What To Do In September

The month of September is a transition month from the searing temperatures of summer to lower temperatures, especially mornings.

Add More Soil: On Sept. 1, add more potting soil to roses in containers, if needed. The ideal potting soil is 4 parts Kellogg’s Patio Plus potting soil (can be purchased from Home Depot or Lowe’s), 1 part peat moss and 1 part perlite mixed well in a wheelbarrow. The top of the soil should be approximately 2 inches from the top of the container.

Milorganite: On Sept. 1, put one handful of Milorganite gray granules (can purchase at Ace Hardware) on the soil of each plant.  

Water, Water, Water: It is still vital to water your roses as much as they need it. For established rose bushes in pots, this means watering every day. For roses in the ground, you may be able to get away with watering once every other day.

While you can water any time of day, it is recommended that you water late in the afternoon after 5 p.m. which allows for less evaporation. Also, it is advisable to put potted plants and those in the ground in an area that receives afternoon shade (after 2 p.m.).

Spray Off Roses Daily With Water: The No.1 enemy of roses during the summer in Tucson is spider mites. These tiny creatures, which look like small salt-and-pepper particles under leaves, will suck the leaves dry until they turn light brown and fall off. Keeping as much foliage on your plants is crucial to rose health during the summer.

Every morning, spray off your roses with a jet of water supplied by a Fogg-It nozzle (heavy volume, 4 gallons per minute) attached to your water hose. You can purchase this great nozzle on the Internet for about $10. Make sure you spray underneath the leaves of the plant. By doing this daily, this will prevent spider mites from getting started. The added benefit is adding humidity to your garden which is vital in Tucson’s arid summer conditions.

Last Day To Spray Off Roses With Water – Sept. 14. The only downside to spraying your plants daily with water month after month during the summer are white spots that develop on foliage because of Tucson’s hard water. To allow for perfect looking new foliage that grows out of leaf axils after you lightly trim your roses (see below), discontinue your daily water spray on plants Sept. 14. 

Lightly Trim Your Roses: After a summer of intense heat, all rose plants need a light trimming to set the stage for spectacular November blooms. This IS NOT the heavy pruning of plants that you perform in late January. First, cut out all dead canes from the summer. Next, you want to cut a maximum of 1/3 off the top of each plant as you cut to pencil thick canes. But you ONLY do this if you have plenty of foliage left on the plant after the trimming.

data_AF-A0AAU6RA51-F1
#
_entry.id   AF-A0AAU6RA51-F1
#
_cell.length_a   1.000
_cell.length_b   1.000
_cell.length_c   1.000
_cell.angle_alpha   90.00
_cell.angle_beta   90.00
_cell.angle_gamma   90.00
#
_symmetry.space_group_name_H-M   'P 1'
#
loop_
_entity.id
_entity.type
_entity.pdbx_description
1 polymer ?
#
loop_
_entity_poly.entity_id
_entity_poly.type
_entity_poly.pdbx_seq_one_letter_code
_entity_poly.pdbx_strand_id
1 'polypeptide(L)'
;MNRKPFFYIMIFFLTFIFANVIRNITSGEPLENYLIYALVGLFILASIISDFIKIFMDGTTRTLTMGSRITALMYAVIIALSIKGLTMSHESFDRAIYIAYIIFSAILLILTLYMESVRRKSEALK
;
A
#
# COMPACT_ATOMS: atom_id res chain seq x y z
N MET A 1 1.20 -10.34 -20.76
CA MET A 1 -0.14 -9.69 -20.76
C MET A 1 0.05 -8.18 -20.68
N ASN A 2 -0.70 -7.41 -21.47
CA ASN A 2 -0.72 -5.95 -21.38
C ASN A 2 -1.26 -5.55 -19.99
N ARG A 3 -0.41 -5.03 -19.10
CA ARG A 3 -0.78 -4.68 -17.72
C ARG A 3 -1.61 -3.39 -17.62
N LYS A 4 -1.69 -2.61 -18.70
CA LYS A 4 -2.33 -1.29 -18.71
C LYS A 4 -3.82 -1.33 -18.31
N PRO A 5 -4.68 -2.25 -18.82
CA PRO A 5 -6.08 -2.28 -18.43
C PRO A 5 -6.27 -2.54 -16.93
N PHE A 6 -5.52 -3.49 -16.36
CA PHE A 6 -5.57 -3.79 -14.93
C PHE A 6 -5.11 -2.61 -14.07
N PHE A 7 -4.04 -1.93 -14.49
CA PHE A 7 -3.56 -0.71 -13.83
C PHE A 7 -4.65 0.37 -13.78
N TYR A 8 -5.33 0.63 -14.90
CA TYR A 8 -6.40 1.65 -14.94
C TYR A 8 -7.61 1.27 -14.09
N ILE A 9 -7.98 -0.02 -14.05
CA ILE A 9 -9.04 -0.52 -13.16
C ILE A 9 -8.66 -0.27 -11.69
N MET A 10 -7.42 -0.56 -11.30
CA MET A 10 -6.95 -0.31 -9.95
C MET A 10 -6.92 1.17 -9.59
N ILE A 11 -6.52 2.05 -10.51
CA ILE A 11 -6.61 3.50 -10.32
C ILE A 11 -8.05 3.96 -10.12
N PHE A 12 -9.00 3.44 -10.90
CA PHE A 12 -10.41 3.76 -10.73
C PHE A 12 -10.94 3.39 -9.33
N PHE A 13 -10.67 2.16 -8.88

If you see that the end result will be no foliage on a plant or very little, DO NOT TRIM THE PLANT AT ALL. If you don’t heed this important advice, you will probably kill your plant. What typically happens when a rose is cut back in this fashion with no foliage is that canes turn black near the soil. The dying, black plant cells move up the canes over the next few weeks as the plant slowly dies. The safest strategy is to simply leave such plants alone and not trim them at all in the fall.

When To Trim Roses: The third weekend of September is a great time to lightly trim back your roses. You will enjoy a bounty of roses in November when the weather is cooling off.  

Fertilizers To Purchase: There are 3 important fertilizers to purchase for fall applications. They include Magnum Rose Food (8-10-8), Alaska Fish Fertilizer and alfalfa meal. The most economical place in Tucson to purchase Magnum Rose Food is Triple A Fertilizer at about $30 per 25 pound bag. Call Kevin on his cell phone at (520) 861-4732 to arrange a pickup at his facility.

This fertilizer is without question the best to use for rose growing. It was designed by chemist and internationally acclaimed rose grower Dr. Tommy Cairns from Studio City, Calif. and has all the elements needed to grow big roses with rich color.

Another product you want to add at this time is alfalfa meal. This product stimulates new growth in your roses with a chemical called triacontanol. You can purchase alfalfa meal at OK Feed & Supply (Ft. Lowell and Dodge) for about $20 for a 50-pound bag.

The final product to consider using is Alaska Fish Fertilizer. It can be purchased at Home Depot, Lowes and Walmart.